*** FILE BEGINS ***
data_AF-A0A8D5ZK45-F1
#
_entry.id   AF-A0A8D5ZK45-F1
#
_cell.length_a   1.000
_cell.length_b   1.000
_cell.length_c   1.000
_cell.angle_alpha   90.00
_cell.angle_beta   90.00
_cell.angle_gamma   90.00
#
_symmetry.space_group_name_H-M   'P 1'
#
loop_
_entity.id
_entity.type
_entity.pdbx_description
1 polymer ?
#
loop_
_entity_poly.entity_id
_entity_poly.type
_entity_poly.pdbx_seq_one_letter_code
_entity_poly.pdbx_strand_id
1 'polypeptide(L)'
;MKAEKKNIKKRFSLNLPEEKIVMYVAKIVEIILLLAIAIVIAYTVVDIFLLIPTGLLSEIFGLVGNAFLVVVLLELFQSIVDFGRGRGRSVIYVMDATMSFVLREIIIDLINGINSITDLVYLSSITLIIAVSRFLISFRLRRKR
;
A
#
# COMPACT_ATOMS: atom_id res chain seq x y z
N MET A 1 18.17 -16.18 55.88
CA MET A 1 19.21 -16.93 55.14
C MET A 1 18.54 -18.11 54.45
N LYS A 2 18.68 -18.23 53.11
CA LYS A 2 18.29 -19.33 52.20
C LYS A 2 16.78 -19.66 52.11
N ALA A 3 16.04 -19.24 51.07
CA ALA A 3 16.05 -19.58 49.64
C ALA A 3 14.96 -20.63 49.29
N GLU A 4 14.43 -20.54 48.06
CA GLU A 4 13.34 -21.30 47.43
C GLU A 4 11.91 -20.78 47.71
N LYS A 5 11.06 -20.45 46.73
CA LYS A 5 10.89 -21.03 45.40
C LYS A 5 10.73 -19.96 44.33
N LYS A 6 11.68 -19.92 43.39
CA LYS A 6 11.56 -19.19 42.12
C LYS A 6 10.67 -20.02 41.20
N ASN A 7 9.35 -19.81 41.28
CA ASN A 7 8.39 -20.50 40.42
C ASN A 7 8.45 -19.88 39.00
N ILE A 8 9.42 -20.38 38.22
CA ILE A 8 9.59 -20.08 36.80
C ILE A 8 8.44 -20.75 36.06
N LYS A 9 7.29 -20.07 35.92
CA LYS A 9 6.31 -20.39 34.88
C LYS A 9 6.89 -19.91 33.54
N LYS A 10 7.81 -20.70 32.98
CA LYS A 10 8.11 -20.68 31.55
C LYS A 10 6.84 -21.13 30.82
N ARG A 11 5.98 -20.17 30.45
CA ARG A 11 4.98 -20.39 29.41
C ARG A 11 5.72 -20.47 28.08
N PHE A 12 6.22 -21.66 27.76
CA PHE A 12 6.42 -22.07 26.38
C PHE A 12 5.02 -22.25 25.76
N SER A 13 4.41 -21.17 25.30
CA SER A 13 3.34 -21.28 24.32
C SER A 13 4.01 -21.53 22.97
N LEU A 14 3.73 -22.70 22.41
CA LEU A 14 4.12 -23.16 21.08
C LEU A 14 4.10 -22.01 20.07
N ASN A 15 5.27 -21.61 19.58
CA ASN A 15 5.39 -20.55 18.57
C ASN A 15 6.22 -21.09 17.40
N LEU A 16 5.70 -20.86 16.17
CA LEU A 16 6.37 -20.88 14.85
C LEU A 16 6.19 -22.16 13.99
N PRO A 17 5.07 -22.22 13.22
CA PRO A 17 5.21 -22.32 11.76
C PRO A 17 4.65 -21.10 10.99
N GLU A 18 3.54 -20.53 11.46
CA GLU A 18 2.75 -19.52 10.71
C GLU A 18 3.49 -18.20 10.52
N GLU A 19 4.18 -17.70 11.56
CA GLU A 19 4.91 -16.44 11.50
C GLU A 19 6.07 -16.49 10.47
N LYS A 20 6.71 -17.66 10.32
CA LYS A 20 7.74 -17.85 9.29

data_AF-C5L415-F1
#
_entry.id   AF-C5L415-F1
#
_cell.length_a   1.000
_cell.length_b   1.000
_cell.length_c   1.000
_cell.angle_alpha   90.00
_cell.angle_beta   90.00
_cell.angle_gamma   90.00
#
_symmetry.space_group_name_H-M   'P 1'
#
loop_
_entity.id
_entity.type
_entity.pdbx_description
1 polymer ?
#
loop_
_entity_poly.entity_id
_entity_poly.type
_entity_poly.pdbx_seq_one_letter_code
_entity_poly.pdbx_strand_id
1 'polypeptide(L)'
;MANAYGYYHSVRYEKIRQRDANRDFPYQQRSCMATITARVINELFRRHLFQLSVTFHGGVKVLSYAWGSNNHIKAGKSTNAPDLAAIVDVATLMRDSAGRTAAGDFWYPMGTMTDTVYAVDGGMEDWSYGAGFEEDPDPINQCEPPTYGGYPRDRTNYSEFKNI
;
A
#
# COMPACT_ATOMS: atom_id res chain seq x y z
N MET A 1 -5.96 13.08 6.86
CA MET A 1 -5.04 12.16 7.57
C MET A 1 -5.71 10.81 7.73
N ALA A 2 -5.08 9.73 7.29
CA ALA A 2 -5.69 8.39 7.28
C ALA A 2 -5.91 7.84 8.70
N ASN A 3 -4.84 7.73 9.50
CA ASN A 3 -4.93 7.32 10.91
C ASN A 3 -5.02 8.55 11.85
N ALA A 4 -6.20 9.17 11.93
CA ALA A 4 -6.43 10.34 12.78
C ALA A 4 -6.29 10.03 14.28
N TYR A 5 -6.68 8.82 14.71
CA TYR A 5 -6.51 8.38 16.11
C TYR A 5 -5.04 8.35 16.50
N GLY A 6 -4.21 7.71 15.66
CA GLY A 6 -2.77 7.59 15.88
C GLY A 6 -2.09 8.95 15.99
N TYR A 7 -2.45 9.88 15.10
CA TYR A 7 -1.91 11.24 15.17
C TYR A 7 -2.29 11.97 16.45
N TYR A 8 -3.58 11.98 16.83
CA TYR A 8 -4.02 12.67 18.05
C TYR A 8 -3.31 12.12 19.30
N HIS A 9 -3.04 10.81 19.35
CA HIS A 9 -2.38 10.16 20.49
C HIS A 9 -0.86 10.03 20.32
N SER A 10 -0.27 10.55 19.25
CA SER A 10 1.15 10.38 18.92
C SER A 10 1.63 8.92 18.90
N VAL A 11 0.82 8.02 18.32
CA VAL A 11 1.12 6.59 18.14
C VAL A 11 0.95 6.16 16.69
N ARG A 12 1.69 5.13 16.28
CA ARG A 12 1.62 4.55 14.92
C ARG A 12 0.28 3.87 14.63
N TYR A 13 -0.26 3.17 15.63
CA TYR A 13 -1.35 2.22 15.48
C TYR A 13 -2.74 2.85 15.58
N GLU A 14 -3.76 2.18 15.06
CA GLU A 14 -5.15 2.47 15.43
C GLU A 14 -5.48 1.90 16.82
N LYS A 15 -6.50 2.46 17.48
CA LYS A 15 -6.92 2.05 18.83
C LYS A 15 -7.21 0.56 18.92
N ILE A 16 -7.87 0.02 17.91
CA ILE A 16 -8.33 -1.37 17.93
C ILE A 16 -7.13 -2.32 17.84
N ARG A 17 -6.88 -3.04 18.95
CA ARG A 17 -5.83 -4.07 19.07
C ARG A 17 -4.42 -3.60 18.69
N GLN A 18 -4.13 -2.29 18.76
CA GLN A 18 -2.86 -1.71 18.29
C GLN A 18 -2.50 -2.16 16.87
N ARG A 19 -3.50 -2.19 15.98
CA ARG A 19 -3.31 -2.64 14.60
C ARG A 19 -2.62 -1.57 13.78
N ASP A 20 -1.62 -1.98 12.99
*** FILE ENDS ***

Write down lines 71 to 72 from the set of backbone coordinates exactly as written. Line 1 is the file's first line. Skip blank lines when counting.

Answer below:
CA LEU A 14 4.12 -23.16 21.08
C LEU A 14 4.10 -22.01 20.07